Taiwan President Views Future of Chinese World

He urges US to act decisively in a crisis to avoid repeat of Korean War; assesses post-Hong Kong trade; presses spiritual renewal

ONE year after becoming the first democratically elected president of the Republic of China (Taiwan), Lee Teng-hui answered questions from Monitor editors.

Hong Kong has long served as a vital link between Taiwan and the mainland in trade and investment. What changes, if any, will follow the return of Hong Kong to Peking's control?

Economic and trade relations between Taiwan and Hong Kong have always been very close. Hong Kong serves as an important relay for economic contacts between Taiwan and the Chinese mainland. It is the set policy of the Republic of China (ROC) government that after Hong Kong's status changes on July 1, relations and exchanges between Taiwan and Hong Kong will be maintained. Toward this end, the ROC has already formulated the Statute Governing Relations with Hong Kong and Macau, which stipulates that the ROC will treat Hong Kong as a "special administrative region" rather than as an area of the Chinese mainland. It is our hope that Hong Kong will be able to maintain both a high degree of autonomy and its current free economic system, and so long as it does, economic, social, and cultural exchanges between Taiwan and Hong Kong will continue to grow.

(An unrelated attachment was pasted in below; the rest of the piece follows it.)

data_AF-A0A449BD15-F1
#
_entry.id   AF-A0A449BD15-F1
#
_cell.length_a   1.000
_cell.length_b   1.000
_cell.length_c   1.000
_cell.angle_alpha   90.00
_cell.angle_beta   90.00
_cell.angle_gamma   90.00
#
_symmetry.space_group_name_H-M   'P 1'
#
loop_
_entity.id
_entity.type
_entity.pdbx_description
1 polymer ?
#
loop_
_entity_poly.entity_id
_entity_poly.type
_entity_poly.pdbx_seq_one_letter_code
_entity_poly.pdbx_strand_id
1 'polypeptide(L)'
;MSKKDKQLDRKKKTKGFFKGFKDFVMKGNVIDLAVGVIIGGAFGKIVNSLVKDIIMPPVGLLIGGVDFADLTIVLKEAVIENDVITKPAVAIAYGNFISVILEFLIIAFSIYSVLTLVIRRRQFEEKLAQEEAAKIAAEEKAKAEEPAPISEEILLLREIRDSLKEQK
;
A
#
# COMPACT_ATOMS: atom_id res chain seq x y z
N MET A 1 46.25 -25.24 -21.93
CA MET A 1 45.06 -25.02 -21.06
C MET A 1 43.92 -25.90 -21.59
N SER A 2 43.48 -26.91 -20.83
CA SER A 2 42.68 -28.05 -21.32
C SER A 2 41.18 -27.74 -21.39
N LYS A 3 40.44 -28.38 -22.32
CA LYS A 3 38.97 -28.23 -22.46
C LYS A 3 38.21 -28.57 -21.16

But it is indisputable that several elements of post-1997 Taiwan-Hong Kong relations remain uncertain. The lengthy separation of Hong Kong and the Chinese mainland has led to a wide gulf between ideologies, lifestyles, values, and even legal standards in the two areas. This will affect Hong Kong's stability and continued prosperity in the future.